Issue of May 2, 2010

May flowers are blooming all over, not least here in “BiblioBuffet-land.” Among the literary flowers we have this week are a delightful trip through an old, rather unusual book series by an Irish press that is much beloved; a correction that turned into a historical essay; a look at one book in a unique war series by a special press; an overview of important books for any sports lovers; and a letter to cats about books. All of us at BiblioBuffet wish all of you a wonderful week.

Witty Australian contributor Gillian Polack finds that when her “brain wants to browse,” there is little better than the inimitable series of books put out by Irish University Press in 1968, which she fortunately acquired when it failed to sell well in Australia and was, essentially, abandoned. Her passion for their deep-rooted and intense details is one she shares in Exploring Old Papers.

A special book series focusing on small unit military raids that are, for the most part ignored or paid little attention to by larger war history volumes, has caught David Mitchell’s interest. Here, he talks about the press as well as one book that focuses on one point in one particular mission and the men who lived it in Raiding the Pages of History.

Occasional contributor Frank X. Roberts returns because of a mistake. His essay on Edward FitzGerald, the translator of the Rubaiyat of Omar Khayyam, provides not only details on the man and his work, but introductions to various editions of a poem that despite its Persian heritage has come to be known to many as “an original English poem” in Edward FitzGerald and His Rubaiyat.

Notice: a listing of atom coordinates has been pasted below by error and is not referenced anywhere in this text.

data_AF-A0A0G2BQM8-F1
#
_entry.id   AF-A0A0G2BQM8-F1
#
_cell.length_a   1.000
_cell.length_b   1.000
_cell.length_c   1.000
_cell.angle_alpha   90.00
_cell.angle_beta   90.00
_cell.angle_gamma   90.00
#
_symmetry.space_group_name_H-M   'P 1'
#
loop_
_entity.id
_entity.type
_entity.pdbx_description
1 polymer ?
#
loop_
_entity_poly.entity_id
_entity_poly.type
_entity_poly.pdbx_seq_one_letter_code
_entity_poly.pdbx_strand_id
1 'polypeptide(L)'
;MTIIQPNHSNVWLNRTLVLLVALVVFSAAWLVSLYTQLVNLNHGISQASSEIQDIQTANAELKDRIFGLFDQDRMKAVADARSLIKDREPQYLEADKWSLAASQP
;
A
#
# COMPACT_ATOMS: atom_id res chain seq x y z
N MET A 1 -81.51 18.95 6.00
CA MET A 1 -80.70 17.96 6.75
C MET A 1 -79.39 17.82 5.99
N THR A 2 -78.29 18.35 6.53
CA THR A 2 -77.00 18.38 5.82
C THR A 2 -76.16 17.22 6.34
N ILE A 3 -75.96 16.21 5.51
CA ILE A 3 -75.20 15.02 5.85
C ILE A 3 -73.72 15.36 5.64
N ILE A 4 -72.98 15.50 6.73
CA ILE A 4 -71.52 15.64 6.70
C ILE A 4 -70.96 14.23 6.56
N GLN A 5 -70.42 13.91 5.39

Where dreams go to die might be the title of many of the lives in professional sports. But while those lost dreams and the resultant sadness are inevitable, Pete Croatto says, there is one “useful literary byproduct”: great books. In Real Sports, he shares eight of the best that have come into his life, some intentionally, others by fortunate chance.

Cats and books have been the dual passion for many people: Edward Gorey, Ernest Hemingway, Collette, and more. As they are for Lauren Roberts. In Lauren’s home, sometimes the books suffer at the hands paws of the cats, and this week she decided to address that in Dear Cats.


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